Invisible In The Canal (IIC) – Similar to a CIC, an IIC is an even smaller device that goes deeper into the canal. It works well for people with severe hearing loss, as it amplifies sound using the acoustics available in the canal itself. This adds an additional element of amplification without using more power.

Behind The Ear Hearing Aids

Mini Behind The Ear Aid with Tubes – This kind of hearing aid is an interesting device that sits at the back of the ear and reverberates sounds through the canal using slender tubes. A tip enters into the canal itself by wrapping around the ear, and helping to transmit the sound more openly. This is perfect for people who suffer from the type of hearing impairment where sound is more likely to be occluded.

Receiver In The Ear (RITE) – If the patient has a more severe form of hearing impairment, they may prefer the RITE style of device. Instead of sitting on the back of the ear, it rests inside of the canal itself, with a speaker beside the eardrum. It transmits the sound directly against it, to better reverberate within the inner chambers.

Behind The Ear With Customized Molding – Meant for people with any level of hearing impairment, this is most often prescribed for those who have intense hearing loss that requires much higher rates of intervention. The longer device rests at the back of the ear with a tube that rests in the canal and transmits sound in a way similar to the mini-BTE. It can be molded to the shell of the ear itself for a custom fit that makes it more effective and less obvious when worn.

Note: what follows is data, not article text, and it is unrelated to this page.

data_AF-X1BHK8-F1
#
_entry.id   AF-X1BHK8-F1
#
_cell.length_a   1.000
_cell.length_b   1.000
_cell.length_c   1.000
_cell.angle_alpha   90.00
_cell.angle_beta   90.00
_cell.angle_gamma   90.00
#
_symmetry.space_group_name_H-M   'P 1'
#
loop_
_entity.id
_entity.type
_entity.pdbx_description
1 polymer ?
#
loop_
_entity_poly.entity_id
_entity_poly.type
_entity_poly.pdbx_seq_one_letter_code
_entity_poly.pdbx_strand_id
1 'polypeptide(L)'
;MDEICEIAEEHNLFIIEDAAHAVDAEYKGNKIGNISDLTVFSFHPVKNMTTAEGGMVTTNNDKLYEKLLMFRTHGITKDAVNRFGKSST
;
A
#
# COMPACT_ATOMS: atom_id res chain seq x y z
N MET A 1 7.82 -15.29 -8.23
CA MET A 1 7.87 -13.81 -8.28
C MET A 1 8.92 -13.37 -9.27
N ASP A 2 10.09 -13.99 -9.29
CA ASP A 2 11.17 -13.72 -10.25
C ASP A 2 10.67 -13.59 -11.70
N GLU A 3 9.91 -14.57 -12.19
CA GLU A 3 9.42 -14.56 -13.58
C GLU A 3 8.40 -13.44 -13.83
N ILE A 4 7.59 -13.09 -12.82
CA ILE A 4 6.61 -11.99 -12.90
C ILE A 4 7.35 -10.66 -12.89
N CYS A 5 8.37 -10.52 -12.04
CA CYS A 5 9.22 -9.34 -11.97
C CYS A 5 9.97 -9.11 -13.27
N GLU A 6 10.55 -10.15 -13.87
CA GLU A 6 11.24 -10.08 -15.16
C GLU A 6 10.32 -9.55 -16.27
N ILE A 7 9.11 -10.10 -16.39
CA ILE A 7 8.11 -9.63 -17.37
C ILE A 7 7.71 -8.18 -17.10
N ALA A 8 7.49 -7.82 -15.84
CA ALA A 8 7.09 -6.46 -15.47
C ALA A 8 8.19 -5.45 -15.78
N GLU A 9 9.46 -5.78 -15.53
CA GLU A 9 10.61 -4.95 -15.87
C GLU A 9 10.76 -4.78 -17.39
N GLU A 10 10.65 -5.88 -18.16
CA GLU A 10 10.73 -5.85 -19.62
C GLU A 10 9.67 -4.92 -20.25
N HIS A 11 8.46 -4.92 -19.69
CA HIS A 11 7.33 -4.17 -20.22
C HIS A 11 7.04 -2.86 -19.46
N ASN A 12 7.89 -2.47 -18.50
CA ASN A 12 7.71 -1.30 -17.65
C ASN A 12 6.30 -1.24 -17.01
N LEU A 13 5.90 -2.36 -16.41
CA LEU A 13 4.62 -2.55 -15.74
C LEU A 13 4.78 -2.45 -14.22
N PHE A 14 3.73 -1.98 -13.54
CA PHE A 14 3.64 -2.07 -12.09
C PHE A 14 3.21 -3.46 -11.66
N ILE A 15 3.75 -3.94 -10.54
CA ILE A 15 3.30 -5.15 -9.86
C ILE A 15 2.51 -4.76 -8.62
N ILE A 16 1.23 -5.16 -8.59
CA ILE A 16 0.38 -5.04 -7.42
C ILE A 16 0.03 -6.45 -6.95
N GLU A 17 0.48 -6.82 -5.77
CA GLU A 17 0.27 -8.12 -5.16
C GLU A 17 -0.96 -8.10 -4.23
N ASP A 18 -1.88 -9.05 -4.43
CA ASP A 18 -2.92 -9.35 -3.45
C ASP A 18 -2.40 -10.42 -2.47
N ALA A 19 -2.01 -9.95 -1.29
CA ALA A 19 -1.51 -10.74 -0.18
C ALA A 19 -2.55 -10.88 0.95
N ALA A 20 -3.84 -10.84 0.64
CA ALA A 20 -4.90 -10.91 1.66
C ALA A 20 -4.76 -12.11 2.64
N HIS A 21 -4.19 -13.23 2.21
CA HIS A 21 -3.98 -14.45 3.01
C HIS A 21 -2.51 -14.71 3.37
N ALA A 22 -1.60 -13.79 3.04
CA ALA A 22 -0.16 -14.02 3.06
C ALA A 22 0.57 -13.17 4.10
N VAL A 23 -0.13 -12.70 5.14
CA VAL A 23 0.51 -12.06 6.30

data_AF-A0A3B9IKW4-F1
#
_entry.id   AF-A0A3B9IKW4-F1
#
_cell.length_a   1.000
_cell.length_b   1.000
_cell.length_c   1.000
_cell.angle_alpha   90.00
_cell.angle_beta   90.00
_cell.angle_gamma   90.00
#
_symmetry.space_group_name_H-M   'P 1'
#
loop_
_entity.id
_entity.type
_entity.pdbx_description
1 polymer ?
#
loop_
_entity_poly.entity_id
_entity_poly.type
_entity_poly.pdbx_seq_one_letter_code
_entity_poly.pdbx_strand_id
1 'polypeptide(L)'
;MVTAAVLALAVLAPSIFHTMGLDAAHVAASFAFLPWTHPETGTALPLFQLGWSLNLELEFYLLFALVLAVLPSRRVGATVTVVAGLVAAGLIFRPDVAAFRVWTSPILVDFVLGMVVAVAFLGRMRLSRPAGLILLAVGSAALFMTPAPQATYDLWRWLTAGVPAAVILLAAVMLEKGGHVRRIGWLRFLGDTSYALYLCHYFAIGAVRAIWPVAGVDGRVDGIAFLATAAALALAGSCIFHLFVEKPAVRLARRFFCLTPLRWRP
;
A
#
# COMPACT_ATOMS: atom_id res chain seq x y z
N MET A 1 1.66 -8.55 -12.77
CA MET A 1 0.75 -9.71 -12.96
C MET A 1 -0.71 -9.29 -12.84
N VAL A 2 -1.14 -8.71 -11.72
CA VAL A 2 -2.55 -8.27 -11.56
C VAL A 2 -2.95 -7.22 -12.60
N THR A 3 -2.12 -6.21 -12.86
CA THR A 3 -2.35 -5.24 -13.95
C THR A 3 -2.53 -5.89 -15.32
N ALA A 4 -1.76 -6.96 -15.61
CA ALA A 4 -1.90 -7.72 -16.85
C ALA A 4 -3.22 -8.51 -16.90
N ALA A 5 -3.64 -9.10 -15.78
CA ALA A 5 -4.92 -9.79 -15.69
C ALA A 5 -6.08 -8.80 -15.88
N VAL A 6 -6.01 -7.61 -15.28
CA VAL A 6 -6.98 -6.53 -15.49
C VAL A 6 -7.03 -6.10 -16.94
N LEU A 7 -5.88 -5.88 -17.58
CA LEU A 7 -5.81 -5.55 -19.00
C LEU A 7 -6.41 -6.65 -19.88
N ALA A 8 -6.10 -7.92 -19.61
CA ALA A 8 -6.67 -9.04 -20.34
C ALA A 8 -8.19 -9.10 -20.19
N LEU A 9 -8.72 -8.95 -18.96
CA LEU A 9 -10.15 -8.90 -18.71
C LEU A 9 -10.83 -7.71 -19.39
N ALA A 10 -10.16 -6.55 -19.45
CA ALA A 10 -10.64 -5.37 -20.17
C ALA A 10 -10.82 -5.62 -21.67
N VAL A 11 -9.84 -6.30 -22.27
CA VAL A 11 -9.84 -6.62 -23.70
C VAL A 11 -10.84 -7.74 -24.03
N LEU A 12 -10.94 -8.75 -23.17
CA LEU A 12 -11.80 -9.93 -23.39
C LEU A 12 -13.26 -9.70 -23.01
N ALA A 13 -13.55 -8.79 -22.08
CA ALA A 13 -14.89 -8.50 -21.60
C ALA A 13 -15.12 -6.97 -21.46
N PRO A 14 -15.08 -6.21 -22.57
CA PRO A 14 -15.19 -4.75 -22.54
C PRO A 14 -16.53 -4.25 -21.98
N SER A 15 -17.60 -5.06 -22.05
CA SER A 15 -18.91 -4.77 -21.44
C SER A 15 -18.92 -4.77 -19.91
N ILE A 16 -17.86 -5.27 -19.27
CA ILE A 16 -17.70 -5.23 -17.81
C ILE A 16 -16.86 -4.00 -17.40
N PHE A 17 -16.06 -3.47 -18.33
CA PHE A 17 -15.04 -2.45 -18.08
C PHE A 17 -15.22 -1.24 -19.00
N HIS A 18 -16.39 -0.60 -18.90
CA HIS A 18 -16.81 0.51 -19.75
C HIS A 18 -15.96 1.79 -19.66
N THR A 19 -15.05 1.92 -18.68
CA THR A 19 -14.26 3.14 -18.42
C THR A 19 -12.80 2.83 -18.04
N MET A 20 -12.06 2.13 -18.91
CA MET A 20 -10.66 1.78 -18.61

The Impressive Hearing Aid Tech of Today

Modern hearing aids are a far cry from what they once were. Different features and capabilities exist based on levels and needs, and customization is common. The price will depend on these features, the size, the brand, and the severity of hearing loss. Patients can find a hearing aid that specifically caters to their unique circumstances easily. An evaluation can help you determine which is right for you.

On a basic level, more standard hearing aids have to be adjusted manually when the environment warrants it. For example, the noise pollution in an area may be high, and so the user will have to turn down the volume of the hearing device to prevent damage, or turn it up to hear specific sounds like speech over the din. More expensive, high quality hearing aids monitor the environment and current sounds and make adjustments where needed automatically.

Current features available in modern hearing aids include:

  • Noise reduction of background noise that can impact the user’s ability to hear more specific sounds, like music or speech.
  • Microphones that pick up sound in each direction, so patients can tell whether sound is in front of behind them.
  • Feedback reduction, eliminating high pitched whistling or static that occurs when users encounter electronics that clash with their device.
  • Wind reduction, lessening the rush of wind that can be deafening in situations like riding with car windows down, or being outside during a storm.
  • Automatic data logs that keep track of user preferences and adjusts when situations require it.
  • Telecoil, which works with telephones to allow the wearer to speak on the phone without feedback causing static or high pitched frequencies to disrupt the call.
  • Bluetooth connections, which syncs the hearing device with compatible devices like televisions, computers, and smartphones.